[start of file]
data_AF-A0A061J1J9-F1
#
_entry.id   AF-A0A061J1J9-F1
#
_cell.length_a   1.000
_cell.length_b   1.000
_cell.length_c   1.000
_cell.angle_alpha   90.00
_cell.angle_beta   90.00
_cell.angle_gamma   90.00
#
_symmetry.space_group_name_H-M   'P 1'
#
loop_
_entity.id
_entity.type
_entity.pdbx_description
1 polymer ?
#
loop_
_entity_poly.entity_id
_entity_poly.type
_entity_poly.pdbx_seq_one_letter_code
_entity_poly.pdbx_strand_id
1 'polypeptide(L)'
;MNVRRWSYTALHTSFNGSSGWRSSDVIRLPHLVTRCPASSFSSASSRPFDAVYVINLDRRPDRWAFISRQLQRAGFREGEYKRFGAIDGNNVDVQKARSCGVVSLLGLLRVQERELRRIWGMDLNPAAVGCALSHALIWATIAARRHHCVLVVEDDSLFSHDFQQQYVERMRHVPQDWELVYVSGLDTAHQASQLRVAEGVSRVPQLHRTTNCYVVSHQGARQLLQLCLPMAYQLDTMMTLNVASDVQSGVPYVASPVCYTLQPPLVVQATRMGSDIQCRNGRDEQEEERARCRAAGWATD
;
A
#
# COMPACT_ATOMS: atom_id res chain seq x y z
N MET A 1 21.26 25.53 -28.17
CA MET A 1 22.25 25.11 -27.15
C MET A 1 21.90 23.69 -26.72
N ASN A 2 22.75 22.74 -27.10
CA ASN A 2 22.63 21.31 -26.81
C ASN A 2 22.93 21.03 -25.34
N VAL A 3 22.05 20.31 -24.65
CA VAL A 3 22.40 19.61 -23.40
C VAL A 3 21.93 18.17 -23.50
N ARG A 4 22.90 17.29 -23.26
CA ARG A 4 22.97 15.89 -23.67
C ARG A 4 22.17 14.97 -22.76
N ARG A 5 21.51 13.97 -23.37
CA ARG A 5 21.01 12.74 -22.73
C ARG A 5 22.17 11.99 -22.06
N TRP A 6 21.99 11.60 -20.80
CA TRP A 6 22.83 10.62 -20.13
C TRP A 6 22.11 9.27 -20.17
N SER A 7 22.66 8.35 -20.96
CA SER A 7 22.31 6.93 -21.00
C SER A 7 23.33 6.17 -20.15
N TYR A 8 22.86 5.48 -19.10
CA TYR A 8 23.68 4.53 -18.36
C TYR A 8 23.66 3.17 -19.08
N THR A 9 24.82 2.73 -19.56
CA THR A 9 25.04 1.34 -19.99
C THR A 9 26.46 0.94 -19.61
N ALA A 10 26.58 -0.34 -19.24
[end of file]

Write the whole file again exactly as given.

data_AF-A0A061J1J9-F1
#
_entry.id   AF-A0A061J1J9-F1
#
_cell.length_a   1.000
_cell.length_b   1.000
_cell.length_c   1.000
_cell.angle_alpha   90.00
_cell.angle_beta   90.00
_cell.angle_gamma   90.00
#
_symmetry.space_group_name_H-M   'P 1'
#
loop_
_entity.id
_entity.type
_entity.pdbx_description
1 polymer ?
#
loop_
_entity_poly.entity_id
_entity_poly.type
_entity_poly.pdbx_seq_one_letter_code
_entity_poly.pdbx_strand_id
1 'polypeptide(L)'
;MNVRRWSYTALHTSFNGSSGWRSSDVIRLPHLVTRCPASSFSSASSRPFDAVYVINLDRRPDRWAFISRQLQRAGFREGEYKRFGAIDGNNVDVQKARSCGVVSLLGLLRVQERELRRIWGMDLNPAAVGCALSHALIWATIAARRHHCVLVVEDDSLFSHDFQQQYVERMRHVPQDWELVYVSGLDTAHQASQLRVAEGVSRVPQLHRTTNCYVVSHQGARQLLQLCLPMAYQLDTMMTLNVASDVQSGVPYVASPVCYTLQPPLVVQATRMGSDIQCRNGRDEQEEERARCRAAGWATD
;
A
#
# COMPACT_ATOMS: atom_id res chain seq x y z
N MET A 1 21.26 25.53 -28.17
CA MET A 1 22.25 25.11 -27.15
C MET A 1 21.90 23.69 -26.72
N ASN A 2 22.75 22.74 -27.10
CA ASN A 2 22.63 21.31 -26.81
C ASN A 2 22.93 21.03 -25.34
N VAL A 3 22.05 20.31 -24.65
CA VAL A 3 22.40 19.61 -23.40
C VAL A 3 21.93 18.17 -23.50
N ARG A 4 22.90 17.29 -23.26
CA ARG A 4 22.97 15.89 -23.67
C ARG A 4 22.17 14.97 -22.76
N ARG A 5 21.51 13.97 -23.37
CA ARG A 5 21.01 12.74 -22.73
C ARG A 5 22.17 11.99 -22.06
N TRP A 6 21.99 11.60 -20.80
CA TRP A 6 22.83 10.62 -20.13
C TRP A 6 22.11 9.27 -20.17
N SER A 7 22.66 8.35 -20.96
CA SER A 7 22.31 6.93 -21.00
C SER A 7 23.33 6.17 -20.15
N TYR A 8 22.86 5.48 -19.10
CA TYR A 8 23.68 4.53 -18.36
C TYR A 8 23.66 3.17 -19.08
N THR A 9 24.82 2.73 -19.56
CA THR A 9 25.04 1.34 -19.99
C THR A 9 26.46 0.94 -19.61
N ALA A 10 26.58 -0.34 -19.24